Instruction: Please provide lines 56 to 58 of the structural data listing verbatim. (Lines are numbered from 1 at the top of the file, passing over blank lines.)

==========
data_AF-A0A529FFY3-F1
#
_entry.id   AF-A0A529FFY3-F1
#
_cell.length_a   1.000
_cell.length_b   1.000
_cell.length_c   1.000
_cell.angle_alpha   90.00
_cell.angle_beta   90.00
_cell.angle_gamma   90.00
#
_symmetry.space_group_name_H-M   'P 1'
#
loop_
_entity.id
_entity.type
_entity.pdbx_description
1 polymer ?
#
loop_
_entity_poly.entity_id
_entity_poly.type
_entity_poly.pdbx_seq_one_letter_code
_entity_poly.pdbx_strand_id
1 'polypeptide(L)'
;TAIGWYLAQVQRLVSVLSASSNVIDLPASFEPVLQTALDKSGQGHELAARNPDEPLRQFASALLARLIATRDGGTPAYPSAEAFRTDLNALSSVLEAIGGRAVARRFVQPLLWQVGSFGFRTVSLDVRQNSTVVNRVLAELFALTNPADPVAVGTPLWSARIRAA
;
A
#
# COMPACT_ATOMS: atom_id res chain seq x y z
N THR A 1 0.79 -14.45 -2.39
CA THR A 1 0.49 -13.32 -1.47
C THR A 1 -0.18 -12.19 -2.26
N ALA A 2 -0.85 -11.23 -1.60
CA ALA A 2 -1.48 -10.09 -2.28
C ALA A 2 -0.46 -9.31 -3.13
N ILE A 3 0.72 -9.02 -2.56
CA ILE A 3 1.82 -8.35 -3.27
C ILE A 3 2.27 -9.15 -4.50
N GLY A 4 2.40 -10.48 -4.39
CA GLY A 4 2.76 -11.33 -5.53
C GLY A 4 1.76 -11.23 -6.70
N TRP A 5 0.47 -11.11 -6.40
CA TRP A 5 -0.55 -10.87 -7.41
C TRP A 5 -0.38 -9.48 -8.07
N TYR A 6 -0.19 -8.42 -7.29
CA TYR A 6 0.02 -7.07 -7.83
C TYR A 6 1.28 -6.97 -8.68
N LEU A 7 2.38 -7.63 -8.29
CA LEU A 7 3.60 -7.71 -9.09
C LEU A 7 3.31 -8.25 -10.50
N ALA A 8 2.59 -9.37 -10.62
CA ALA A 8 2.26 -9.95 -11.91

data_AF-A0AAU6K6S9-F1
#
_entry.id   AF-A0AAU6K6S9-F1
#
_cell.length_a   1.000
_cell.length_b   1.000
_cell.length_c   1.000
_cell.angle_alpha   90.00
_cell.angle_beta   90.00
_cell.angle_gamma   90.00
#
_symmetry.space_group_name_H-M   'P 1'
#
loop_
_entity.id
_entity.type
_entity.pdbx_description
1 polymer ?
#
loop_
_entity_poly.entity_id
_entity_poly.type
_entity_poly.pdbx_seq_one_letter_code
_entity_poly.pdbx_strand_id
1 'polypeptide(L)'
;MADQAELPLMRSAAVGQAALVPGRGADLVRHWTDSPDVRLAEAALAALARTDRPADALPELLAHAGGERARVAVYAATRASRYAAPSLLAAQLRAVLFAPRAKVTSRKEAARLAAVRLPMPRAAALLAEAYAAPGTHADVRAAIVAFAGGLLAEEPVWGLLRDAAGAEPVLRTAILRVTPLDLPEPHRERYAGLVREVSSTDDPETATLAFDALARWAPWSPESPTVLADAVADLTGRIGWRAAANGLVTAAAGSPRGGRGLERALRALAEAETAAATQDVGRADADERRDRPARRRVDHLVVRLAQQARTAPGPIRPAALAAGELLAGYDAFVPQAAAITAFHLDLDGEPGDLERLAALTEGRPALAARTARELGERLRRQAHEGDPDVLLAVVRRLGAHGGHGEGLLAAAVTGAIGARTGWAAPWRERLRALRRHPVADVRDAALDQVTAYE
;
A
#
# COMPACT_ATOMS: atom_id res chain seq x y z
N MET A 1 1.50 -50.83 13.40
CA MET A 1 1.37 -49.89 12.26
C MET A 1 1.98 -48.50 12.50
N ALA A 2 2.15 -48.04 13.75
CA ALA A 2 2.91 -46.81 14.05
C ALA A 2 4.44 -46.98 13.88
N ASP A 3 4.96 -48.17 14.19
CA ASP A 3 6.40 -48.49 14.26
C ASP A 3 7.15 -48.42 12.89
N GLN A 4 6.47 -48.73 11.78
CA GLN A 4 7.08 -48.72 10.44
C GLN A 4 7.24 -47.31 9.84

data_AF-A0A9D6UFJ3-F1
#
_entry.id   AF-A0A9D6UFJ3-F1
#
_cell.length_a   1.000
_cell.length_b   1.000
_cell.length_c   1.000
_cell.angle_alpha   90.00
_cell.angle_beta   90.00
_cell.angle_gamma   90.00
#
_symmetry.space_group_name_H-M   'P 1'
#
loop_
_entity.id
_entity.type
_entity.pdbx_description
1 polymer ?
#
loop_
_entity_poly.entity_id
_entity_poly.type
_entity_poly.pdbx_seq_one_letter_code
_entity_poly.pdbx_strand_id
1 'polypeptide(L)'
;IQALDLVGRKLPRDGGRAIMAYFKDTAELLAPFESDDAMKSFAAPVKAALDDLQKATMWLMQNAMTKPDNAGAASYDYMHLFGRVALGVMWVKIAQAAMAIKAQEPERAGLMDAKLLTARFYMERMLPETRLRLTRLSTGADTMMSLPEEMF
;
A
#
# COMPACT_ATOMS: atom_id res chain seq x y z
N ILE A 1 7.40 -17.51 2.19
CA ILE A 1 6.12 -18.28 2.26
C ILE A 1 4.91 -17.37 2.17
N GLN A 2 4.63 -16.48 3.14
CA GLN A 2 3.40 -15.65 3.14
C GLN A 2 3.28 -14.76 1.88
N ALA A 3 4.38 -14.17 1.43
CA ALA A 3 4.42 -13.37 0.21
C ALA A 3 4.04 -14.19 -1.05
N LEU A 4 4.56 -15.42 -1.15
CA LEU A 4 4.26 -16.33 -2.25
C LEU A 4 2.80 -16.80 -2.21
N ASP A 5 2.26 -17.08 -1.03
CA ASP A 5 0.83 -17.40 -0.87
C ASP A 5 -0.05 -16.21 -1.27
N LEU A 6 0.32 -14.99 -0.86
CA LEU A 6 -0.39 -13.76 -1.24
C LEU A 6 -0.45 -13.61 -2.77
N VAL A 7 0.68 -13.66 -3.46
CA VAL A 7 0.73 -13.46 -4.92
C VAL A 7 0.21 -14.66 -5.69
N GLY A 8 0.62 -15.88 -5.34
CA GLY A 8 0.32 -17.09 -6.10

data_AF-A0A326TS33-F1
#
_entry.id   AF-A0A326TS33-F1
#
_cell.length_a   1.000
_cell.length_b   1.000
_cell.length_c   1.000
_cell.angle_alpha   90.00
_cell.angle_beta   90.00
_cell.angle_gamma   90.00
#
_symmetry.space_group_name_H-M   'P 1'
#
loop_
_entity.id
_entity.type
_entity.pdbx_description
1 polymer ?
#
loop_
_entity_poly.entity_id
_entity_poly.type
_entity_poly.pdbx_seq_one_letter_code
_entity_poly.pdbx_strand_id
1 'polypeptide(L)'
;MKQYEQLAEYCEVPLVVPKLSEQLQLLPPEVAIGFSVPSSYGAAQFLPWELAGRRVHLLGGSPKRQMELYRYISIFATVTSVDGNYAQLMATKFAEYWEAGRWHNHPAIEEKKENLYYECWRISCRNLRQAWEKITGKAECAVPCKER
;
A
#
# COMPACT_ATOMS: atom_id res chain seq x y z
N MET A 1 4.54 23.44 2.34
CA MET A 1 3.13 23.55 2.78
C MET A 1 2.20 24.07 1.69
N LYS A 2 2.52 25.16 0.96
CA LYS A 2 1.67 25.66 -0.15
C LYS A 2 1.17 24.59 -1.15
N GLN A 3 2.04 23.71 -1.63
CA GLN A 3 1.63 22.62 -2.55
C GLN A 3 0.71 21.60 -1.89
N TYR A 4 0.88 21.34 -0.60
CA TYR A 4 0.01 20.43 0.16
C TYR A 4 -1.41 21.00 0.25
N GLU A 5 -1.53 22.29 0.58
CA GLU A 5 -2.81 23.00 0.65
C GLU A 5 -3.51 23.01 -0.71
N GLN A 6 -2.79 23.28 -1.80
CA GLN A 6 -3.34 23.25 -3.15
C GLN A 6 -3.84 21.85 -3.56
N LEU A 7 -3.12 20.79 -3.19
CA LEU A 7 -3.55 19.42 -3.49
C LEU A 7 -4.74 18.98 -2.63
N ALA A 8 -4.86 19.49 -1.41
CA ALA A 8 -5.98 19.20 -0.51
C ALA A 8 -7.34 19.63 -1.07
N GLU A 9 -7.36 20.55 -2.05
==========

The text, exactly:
_entry.id   AF-A0AAU6K6S9-F1
#
_cell.length_a   1.000